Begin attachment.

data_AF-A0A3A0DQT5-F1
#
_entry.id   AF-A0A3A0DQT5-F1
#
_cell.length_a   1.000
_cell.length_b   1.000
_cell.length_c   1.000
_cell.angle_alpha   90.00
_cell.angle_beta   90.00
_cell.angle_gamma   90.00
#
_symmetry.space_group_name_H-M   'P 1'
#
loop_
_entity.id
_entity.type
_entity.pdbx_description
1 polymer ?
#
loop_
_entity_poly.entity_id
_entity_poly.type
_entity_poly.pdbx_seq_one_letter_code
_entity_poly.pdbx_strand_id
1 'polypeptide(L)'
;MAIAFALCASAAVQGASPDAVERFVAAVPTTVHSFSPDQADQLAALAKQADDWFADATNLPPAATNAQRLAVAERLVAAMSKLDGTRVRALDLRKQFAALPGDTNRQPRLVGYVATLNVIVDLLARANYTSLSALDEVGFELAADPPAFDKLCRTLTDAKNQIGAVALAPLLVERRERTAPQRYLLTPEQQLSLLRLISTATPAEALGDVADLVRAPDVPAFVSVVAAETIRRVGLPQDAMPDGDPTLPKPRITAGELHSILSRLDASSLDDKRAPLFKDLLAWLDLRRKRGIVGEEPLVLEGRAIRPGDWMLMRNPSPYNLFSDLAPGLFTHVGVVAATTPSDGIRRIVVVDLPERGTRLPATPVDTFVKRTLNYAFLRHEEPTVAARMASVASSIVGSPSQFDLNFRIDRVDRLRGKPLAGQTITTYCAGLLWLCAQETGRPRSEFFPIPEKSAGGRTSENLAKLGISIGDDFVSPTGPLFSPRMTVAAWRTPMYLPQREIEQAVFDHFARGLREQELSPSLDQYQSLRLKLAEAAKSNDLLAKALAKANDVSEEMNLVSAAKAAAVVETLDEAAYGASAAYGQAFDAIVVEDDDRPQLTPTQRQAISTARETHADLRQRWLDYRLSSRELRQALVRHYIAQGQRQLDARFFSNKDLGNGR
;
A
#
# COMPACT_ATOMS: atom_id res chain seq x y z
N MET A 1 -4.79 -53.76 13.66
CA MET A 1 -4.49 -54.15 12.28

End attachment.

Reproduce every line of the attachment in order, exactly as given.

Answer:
data_AF-A0A3A0DQT5-F1
#
_entry.id   AF-A0A3A0DQT5-F1
#
_cell.length_a   1.000
_cell.length_b   1.000
_cell.length_c   1.000
_cell.angle_alpha   90.00
_cell.angle_beta   90.00
_cell.angle_gamma   90.00
#
_symmetry.space_group_name_H-M   'P 1'
#
loop_
_entity.id
_entity.type
_entity.pdbx_description
1 polymer ?
#
loop_
_entity_poly.entity_id
_entity_poly.type
_entity_poly.pdbx_seq_one_letter_code
_entity_poly.pdbx_strand_id
1 'polypeptide(L)'
;MAIAFALCASAAVQGASPDAVERFVAAVPTTVHSFSPDQADQLAALAKQADDWFADATNLPPAATNAQRLAVAERLVAAMSKLDGTRVRALDLRKQFAALPGDTNRQPRLVGYVATLNVIVDLLARANYTSLSALDEVGFELAADPPAFDKLCRTLTDAKNQIGAVALAPLLVERRERTAPQRYLLTPEQQLSLLRLISTATPAEALGDVADLVRAPDVPAFVSVVAAETIRRVGLPQDAMPDGDPTLPKPRITAGELHSILSRLDASSLDDKRAPLFKDLLAWLDLRRKRGIVGEEPLVLEGRAIRPGDWMLMRNPSPYNLFSDLAPGLFTHVGVVAATTPSDGIRRIVVVDLPERGTRLPATPVDTFVKRTLNYAFLRHEEPTVAARMASVASSIVGSPSQFDLNFRIDRVDRLRGKPLAGQTITTYCAGLLWLCAQETGRPRSEFFPIPEKSAGGRTSENLAKLGISIGDDFVSPTGPLFSPRMTVAAWRTPMYLPQREIEQAVFDHFARGLREQELSPSLDQYQSLRLKLAEAAKSNDLLAKALAKANDVSEEMNLVSAAKAAAVVETLDEAAYGASAAYGQAFDAIVVEDDDRPQLTPTQRQAISTARETHADLRQRWLDYRLSSRELRQALVRHYIAQGQRQLDARFFSNKDLGNGR
;
A
#
# COMPACT_ATOMS: atom_id res chain seq x y z
N MET A 1 -4.79 -53.76 13.66
CA MET A 1 -4.49 -54.15 12.28